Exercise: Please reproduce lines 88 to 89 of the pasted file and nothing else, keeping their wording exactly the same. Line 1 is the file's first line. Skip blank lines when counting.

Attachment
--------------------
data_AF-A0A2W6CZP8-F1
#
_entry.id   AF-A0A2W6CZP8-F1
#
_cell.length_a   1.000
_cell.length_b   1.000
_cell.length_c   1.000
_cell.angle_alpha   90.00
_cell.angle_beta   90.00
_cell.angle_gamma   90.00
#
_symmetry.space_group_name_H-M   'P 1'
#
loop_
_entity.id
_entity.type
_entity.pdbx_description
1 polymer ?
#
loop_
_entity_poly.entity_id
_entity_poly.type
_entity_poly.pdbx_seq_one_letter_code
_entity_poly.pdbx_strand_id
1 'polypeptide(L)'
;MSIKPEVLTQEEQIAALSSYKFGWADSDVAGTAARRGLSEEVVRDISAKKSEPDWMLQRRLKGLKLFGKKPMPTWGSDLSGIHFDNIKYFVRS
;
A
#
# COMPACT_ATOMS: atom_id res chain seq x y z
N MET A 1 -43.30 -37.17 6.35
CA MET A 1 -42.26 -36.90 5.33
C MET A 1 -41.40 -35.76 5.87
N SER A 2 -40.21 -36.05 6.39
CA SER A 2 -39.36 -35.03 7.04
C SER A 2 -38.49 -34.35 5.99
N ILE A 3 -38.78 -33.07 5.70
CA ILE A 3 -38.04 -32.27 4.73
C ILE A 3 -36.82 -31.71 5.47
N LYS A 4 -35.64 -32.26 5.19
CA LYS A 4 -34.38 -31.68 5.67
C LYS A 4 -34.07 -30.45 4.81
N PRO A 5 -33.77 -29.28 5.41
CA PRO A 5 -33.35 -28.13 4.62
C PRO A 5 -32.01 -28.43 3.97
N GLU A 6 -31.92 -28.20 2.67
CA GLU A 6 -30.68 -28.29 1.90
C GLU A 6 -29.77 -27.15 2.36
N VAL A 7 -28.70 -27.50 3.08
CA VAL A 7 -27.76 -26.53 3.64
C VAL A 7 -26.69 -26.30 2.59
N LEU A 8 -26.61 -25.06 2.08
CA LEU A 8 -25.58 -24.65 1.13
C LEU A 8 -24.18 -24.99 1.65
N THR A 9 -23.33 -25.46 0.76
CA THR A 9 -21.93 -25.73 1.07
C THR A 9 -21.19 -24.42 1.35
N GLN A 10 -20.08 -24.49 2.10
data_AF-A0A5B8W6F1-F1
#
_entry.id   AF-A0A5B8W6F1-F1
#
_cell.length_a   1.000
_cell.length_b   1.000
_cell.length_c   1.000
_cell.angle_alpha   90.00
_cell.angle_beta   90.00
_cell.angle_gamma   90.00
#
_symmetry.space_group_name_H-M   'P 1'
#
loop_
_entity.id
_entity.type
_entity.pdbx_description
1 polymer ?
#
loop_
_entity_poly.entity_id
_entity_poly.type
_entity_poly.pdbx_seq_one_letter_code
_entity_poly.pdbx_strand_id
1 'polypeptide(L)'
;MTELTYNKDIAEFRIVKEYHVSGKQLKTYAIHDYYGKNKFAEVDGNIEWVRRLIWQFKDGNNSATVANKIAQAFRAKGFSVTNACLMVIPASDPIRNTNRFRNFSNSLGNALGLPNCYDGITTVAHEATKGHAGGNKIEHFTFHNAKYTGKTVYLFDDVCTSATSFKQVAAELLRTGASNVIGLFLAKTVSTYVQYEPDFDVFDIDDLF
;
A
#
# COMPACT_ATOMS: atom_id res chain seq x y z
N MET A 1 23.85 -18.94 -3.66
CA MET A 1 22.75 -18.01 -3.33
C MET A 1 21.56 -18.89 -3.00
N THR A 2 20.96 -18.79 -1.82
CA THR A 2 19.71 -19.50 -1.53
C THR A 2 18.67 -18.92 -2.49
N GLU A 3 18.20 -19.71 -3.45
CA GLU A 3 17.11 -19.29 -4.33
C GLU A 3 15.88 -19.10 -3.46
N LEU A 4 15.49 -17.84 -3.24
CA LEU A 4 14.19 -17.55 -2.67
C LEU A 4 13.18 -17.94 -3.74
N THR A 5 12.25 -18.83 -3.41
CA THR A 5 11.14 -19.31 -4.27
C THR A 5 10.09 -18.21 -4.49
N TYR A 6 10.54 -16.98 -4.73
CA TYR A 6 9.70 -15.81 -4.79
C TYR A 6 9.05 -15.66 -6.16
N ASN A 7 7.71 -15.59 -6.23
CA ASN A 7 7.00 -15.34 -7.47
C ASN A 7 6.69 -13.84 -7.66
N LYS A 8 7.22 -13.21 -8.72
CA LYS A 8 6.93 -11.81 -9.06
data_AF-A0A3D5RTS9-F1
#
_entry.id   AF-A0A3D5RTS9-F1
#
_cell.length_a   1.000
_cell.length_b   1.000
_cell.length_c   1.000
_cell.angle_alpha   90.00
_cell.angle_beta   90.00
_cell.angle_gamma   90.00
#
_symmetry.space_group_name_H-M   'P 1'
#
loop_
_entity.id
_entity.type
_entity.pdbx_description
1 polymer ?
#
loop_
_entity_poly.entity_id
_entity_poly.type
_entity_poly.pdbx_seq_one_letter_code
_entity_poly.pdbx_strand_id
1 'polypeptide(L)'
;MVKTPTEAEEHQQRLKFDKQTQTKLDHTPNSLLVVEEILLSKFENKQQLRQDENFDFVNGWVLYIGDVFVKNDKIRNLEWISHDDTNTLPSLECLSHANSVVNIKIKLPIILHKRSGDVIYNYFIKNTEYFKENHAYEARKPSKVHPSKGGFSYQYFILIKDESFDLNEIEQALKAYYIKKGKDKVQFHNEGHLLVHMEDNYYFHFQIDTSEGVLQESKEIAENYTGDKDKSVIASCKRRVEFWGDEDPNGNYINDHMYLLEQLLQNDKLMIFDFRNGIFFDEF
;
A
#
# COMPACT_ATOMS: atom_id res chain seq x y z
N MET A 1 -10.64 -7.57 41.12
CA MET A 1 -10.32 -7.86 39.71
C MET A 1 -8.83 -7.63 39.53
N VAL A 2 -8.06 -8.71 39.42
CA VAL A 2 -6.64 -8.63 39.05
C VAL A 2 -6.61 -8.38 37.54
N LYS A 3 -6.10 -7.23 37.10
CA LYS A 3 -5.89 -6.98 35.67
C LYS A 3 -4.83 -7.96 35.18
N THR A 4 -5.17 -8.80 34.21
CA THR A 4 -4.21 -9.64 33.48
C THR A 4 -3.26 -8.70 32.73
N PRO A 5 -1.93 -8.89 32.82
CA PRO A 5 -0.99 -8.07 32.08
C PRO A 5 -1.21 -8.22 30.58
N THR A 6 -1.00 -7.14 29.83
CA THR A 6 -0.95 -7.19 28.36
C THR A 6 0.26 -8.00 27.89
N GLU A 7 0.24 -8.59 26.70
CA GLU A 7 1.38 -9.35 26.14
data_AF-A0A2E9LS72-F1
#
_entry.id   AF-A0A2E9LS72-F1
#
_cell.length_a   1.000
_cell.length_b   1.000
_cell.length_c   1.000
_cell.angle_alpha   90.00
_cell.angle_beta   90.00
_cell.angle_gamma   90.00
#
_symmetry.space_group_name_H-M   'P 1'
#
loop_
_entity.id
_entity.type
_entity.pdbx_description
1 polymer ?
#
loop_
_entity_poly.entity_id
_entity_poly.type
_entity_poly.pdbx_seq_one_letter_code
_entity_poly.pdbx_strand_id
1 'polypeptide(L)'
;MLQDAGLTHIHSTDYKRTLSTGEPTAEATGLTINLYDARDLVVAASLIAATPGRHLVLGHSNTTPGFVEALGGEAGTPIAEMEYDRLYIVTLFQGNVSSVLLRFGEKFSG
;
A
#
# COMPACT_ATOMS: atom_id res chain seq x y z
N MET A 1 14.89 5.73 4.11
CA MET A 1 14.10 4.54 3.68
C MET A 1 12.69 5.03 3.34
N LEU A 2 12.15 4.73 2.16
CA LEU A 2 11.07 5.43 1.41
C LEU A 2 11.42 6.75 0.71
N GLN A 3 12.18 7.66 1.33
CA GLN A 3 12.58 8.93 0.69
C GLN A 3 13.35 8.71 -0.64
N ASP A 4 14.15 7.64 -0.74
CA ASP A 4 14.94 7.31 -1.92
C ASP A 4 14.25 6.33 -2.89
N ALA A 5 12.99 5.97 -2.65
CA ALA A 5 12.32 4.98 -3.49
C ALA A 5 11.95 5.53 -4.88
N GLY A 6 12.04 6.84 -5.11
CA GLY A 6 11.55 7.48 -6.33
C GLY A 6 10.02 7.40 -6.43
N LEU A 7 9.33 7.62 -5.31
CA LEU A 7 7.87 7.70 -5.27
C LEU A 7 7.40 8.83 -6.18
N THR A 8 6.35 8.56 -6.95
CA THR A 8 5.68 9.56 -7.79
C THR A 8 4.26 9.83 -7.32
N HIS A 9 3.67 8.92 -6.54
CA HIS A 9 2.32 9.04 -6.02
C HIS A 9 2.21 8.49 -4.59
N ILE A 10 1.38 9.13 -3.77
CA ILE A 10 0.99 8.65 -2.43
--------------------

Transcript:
# COMPACT_ATOMS: atom_id res chain seq x y z
N MET A 1 23.85 -18.94 -3.66